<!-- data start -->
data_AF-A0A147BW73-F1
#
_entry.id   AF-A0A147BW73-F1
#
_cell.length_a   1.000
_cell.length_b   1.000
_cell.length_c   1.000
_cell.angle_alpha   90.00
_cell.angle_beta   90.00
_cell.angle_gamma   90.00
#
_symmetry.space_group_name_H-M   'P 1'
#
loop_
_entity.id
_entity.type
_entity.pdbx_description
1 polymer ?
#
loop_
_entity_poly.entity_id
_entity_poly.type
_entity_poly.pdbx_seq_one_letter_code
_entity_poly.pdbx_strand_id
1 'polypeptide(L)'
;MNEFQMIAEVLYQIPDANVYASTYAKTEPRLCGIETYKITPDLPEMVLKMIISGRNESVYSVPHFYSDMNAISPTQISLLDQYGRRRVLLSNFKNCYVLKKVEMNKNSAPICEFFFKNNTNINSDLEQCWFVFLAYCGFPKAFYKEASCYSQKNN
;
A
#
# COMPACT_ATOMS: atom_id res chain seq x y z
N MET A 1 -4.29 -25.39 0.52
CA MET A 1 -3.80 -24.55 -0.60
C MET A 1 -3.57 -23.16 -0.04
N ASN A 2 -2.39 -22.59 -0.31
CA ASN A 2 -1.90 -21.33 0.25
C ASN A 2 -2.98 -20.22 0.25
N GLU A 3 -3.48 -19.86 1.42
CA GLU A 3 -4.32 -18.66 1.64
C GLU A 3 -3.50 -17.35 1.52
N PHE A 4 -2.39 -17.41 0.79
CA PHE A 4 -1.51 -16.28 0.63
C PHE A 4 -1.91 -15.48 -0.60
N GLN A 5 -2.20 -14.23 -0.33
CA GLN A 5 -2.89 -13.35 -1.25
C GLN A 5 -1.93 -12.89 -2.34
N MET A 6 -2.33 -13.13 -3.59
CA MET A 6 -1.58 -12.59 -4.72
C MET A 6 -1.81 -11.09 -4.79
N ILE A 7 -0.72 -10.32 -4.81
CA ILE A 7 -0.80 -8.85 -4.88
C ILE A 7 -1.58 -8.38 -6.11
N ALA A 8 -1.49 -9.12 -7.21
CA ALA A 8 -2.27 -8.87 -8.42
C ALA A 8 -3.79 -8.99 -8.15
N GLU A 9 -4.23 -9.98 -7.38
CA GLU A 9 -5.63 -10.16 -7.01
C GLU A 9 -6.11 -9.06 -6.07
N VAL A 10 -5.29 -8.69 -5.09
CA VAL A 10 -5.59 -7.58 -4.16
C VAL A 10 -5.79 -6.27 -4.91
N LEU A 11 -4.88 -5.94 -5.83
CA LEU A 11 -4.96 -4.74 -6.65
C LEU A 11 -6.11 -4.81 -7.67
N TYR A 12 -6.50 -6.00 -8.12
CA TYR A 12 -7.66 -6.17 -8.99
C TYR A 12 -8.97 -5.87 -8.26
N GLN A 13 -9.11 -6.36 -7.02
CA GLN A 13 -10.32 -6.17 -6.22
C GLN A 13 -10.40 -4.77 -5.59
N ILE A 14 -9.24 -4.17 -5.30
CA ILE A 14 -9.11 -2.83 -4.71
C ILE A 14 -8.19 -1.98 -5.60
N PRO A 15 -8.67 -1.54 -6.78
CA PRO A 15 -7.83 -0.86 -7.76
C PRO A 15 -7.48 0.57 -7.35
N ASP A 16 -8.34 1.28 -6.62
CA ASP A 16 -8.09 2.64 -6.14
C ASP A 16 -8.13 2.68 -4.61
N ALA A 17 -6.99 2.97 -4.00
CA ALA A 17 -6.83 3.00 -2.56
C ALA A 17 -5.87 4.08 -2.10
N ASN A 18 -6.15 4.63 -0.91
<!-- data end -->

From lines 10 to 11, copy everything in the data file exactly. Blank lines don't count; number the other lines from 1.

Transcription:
_cell.angle_gamma   90.00
#